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Md. Delegation Welcomes Bush's Call for Unity 

By Robyn Lamb and Carolyn Taschner
Capital News Service
Thursday, Sept. 20, 2001

WASHINGTON - Maryland lawmakers lauded President Bush's call Thursday for "resolve and determination" in the long fight against terrorists and their sponsor states. 

Bush, speaking to a joint session of Congress just nine days after attacks left more than 6,000 people dead or missing, vowed to eradicate terrorism, calling on Americans to remain calm and resolute in what he said would be a campaign unlike any the United States has experienced before. 

"This will not be an age of terror. This will be an age of liberty here and across the world," said Bush in a 35-minute speech that was interrupted 29 times by applause. 

Bush said the American people have shown their spirit in their response to the attacks and proved that the state of the union is strong. 

"I thought the message above all that the president wanted to send was one of resolve and of determination to stick with this effort," said Sen. Paul Sarbanes, D-Baltimore. "He warned it won't be quick and it won't be easy .... We're going to have stay with this issue next week, next month, next year." 

Bush also appealed for tolerance toward Muslims and Arab Americans and pledged that America's fight was not against Islam but against those who "blaspheme the name of Allah" by committing evil in his name. 

"I am pleased that he was forceful with Americans" about tolerance of diversity within our own country, said Rep. Constance Morella, R-Bethesda. She said the speech "set exactly the right tone internationally, as well as in our own country."

Morella was almost moved to tears, she said, when the president introduced Lisa Beamer, the widow of a passenger on United Airlines Flight 93. Passengers on the hijacked flight apparently wrested control from terrorists, causing it to crash in southwestern Pennsylvania before it could hit other possible targets.

Bush also named Pennsylvania Gov. Tom Ridge to a newly created Cabinet position, the Office of Homeland Security, which will report directly to the president on national security issues. 

"This is a stark incident for us because America has never been struck so critically here at home," said Rep. Steny Hoyer, D-Mechanicsville. "Maryland will have to do what all states will have to do -- join in with the national effort to make sure its citizens will be secure." 

Rep. Wayne Gilchrest, R-Kennedyville, called Bush's speech a road map for the nation and the world to eliminate terrorism, broaden freedoms and expand tolerance.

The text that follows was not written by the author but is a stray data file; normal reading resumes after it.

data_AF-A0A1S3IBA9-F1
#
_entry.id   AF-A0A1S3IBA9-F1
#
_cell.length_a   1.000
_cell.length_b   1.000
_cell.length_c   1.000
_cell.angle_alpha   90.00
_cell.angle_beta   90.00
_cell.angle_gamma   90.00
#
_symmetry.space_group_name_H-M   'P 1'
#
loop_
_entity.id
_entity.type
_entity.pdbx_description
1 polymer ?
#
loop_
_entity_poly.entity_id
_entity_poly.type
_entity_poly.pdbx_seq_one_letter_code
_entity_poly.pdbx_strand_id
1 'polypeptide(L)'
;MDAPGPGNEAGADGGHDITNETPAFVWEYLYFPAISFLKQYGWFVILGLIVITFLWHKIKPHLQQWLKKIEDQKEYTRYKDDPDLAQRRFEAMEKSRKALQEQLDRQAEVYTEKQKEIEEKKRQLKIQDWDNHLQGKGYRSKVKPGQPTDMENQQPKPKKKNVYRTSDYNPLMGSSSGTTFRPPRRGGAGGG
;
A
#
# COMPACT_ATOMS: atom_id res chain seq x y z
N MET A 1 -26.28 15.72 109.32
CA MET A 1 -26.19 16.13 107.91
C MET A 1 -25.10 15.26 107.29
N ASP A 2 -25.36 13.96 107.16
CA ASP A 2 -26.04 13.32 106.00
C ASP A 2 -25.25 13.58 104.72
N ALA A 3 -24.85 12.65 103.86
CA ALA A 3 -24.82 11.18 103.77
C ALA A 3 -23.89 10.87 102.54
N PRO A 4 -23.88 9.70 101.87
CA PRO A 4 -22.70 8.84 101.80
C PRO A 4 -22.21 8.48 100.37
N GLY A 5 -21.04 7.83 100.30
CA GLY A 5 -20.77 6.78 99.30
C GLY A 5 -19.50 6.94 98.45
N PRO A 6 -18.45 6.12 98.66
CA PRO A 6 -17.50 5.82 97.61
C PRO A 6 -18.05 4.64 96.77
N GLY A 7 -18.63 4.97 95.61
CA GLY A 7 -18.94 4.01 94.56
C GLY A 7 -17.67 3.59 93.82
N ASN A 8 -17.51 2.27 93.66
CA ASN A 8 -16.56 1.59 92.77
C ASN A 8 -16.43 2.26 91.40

Rep. Roscoe Bartlett, R-Frederick, said one positive thing to come out of the attacks, in addition to a renewal of patriotic spirit, is renewed attention and funding for the military and intelligence services, which he said have been neglected for too long. But Bartlett said Bush was right to list other weapons in the fight against terrorism. 

"I was impressed by the order in which he listed the instruments for fighting terrorism," Bartlett said. "The last instrument he named was military. It reflects his understanding of this war -- that it will be won by drying up funds and by making it impossible for people to harbor them [terrorists]." 

The president delivered the speech amid extraordinary security at the Capitol. U.S. Capitol police with dogs lined the entrances, where metal detectors were heavily manned. Security personnel checked identification closely. 

Roads around the Capitol were blocked off, forcing many to enter through underground tunnels to nearby congressional office buildings. Some House members arrived as much as two hours before the scheduled 9 p.m. address.

Since the Sept. 11 attacks, Congress has passed several measures to fight terrorism and to aid relief efforts. Those actions included a resolution authorizing the president to use any necessary force against the terrorists responsible for the attacks, as well as any countries that harbor or assist them. Congress also approved $40 billion in funds to combat terrorism and to provide emergency aid, with half of the money available this year and the rest set aside for use in the next fiscal year. 

Other actions in the days after the attacks included:

  • bills to expedite relief to the families of public safety officers killed or injured in rescue efforts, and to provide tax relief to victims' families.
  • a bill allowing the Immigration and Naturalization Service to grant permanent residency to certain non-immigrants in return for their service as informants to law enforcement.
  • resolutions encouraging Americans to display the flag in solidarity, while condemning bigotry and violence against Muslims and Arab Americans.

CNS reporters Marie Beaudette, Jennifer Dorroh, Kristyn Peck and Melanie Starkey contributed to this report.

Copyright 2001 University of Maryland College of Journalism


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